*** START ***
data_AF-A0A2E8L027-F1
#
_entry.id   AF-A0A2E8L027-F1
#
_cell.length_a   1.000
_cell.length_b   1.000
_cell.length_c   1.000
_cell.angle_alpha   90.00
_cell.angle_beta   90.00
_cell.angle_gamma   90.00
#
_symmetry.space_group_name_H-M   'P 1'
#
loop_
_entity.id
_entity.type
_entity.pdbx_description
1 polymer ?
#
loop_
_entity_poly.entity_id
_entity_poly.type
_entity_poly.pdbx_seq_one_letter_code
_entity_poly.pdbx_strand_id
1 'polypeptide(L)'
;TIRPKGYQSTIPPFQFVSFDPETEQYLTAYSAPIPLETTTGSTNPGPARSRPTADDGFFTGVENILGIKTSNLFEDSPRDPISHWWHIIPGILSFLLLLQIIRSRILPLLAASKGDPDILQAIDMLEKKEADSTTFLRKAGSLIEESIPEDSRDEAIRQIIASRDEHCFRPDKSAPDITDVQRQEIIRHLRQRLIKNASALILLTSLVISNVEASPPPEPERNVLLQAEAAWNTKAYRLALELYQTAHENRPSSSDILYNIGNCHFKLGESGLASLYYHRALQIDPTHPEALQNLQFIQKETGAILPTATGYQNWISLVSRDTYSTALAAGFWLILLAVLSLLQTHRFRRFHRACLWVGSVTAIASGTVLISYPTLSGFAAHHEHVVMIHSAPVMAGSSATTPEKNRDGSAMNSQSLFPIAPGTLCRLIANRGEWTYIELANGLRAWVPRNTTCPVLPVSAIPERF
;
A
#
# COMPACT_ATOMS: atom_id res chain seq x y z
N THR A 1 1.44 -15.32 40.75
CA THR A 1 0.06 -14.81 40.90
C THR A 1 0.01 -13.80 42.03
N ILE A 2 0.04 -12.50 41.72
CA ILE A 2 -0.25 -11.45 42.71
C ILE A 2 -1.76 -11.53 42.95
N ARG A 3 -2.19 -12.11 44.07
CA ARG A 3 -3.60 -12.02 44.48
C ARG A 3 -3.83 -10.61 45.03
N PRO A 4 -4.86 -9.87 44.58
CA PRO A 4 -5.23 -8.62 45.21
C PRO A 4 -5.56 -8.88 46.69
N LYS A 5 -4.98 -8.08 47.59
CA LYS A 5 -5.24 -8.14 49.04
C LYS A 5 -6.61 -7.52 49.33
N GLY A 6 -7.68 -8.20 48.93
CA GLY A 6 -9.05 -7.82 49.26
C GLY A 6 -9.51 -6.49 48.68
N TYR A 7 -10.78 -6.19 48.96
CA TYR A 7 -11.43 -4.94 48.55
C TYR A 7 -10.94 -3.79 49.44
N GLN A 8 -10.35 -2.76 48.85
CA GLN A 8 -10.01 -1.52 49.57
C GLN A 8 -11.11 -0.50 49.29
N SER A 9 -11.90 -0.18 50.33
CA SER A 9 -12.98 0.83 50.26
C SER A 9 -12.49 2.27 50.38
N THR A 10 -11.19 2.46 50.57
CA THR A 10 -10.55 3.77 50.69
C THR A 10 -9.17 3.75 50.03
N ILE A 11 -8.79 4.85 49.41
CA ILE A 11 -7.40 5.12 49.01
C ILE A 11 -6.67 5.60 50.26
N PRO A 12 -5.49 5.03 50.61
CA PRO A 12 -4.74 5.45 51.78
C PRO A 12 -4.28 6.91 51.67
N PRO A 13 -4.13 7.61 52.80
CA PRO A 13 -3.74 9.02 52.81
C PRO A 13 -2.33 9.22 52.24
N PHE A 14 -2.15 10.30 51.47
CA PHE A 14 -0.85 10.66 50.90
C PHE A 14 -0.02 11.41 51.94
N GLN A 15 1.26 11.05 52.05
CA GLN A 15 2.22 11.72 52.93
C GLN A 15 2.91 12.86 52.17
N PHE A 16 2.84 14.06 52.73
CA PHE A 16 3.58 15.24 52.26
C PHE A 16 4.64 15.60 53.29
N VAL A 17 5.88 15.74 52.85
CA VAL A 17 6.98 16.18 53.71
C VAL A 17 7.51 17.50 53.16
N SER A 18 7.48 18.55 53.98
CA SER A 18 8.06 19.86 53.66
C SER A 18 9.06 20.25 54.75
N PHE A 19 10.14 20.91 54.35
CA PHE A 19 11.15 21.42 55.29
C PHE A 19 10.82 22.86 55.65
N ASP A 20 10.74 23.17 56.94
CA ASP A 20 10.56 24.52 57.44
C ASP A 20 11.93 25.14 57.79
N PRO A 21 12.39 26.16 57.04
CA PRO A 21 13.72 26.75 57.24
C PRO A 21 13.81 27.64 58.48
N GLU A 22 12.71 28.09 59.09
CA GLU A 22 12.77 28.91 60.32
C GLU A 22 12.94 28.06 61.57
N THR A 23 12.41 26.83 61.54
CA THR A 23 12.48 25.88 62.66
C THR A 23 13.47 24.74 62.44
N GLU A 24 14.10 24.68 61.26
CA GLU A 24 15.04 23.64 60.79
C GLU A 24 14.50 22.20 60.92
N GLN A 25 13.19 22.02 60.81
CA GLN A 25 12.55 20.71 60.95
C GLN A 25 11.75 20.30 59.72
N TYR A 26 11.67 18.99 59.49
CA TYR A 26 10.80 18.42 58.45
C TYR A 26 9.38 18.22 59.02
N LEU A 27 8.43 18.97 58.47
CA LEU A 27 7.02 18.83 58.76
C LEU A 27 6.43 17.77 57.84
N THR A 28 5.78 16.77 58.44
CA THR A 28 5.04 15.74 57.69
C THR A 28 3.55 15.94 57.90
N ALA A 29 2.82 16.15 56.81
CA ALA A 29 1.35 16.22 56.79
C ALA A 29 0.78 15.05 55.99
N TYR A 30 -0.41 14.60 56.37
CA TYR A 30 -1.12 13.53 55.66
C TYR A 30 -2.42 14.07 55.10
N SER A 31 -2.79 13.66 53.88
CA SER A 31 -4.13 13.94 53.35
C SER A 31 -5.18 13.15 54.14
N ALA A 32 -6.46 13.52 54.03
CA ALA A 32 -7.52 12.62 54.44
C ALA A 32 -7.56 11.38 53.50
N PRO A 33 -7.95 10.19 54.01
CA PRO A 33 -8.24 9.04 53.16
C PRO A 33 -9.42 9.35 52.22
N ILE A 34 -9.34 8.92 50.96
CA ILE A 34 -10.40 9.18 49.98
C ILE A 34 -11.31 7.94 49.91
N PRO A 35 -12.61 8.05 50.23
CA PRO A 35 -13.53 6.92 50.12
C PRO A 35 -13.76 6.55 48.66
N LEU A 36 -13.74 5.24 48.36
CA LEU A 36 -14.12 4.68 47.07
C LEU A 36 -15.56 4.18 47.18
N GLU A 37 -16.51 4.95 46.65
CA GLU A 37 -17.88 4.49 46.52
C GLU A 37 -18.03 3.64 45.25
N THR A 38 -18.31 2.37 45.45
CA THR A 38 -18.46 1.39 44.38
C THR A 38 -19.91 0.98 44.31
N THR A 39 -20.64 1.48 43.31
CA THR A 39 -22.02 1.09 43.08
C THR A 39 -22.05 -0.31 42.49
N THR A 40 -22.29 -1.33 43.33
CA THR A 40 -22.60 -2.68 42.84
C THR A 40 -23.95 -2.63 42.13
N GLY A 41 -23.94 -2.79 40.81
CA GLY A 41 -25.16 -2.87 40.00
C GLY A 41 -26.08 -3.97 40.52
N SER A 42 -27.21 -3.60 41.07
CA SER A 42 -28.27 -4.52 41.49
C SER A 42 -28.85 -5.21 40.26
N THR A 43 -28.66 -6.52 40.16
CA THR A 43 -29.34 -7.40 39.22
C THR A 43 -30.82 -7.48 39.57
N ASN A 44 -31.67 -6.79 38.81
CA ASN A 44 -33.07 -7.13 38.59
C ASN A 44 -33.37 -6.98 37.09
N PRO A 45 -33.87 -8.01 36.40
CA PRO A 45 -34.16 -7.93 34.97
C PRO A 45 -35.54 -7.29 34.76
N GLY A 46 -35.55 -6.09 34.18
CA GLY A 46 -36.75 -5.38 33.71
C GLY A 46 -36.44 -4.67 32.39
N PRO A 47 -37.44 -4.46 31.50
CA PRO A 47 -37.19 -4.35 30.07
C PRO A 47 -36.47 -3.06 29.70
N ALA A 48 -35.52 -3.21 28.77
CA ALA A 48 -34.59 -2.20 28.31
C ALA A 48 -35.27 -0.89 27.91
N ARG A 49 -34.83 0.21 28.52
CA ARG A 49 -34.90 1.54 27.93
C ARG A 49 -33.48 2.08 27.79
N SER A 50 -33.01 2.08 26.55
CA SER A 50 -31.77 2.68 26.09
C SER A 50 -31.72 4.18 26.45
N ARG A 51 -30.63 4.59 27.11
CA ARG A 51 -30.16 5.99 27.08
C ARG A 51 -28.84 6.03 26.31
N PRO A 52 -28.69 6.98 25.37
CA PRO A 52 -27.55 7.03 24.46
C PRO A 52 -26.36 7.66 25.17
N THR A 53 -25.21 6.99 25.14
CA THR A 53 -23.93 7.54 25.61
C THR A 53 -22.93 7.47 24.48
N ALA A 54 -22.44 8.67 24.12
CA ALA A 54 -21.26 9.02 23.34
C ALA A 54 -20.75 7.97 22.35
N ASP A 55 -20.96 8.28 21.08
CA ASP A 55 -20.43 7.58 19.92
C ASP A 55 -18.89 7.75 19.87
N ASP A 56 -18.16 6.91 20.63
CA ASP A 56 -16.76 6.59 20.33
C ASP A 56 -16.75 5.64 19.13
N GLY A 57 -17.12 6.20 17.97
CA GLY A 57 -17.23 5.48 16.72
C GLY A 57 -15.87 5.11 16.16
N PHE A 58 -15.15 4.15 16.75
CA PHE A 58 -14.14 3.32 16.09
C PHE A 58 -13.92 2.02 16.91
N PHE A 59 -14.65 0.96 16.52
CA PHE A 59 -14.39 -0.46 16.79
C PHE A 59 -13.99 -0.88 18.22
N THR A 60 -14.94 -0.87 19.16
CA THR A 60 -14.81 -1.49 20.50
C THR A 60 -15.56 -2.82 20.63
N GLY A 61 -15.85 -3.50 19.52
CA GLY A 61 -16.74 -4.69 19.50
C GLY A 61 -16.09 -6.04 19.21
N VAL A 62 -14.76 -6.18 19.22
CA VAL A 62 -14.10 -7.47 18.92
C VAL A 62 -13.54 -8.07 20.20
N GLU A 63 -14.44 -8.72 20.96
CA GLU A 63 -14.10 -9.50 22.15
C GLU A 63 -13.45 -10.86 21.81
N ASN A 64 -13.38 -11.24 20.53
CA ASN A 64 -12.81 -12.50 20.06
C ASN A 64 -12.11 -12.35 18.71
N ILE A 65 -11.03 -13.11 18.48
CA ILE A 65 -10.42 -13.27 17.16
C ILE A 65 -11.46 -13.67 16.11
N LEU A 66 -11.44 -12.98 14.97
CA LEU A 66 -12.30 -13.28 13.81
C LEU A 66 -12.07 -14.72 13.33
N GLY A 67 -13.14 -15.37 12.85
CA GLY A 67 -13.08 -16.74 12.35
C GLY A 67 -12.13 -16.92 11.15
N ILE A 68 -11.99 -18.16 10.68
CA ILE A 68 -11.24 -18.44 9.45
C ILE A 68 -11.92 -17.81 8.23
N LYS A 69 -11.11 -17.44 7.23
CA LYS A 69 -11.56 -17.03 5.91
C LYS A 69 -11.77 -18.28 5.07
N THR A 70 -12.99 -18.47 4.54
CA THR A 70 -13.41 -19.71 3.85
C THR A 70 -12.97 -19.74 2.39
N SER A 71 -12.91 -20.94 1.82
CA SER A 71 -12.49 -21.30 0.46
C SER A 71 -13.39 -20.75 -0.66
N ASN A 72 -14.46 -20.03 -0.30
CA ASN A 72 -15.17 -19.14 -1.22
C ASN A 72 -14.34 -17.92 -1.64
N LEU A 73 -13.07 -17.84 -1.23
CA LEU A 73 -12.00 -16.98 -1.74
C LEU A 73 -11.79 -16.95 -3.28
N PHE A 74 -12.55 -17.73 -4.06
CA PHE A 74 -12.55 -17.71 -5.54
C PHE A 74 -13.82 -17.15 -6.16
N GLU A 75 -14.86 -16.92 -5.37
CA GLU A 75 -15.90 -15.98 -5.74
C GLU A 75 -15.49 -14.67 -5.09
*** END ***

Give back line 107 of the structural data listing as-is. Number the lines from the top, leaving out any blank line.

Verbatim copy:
CA TYR A 26 10.80 18.42 58.45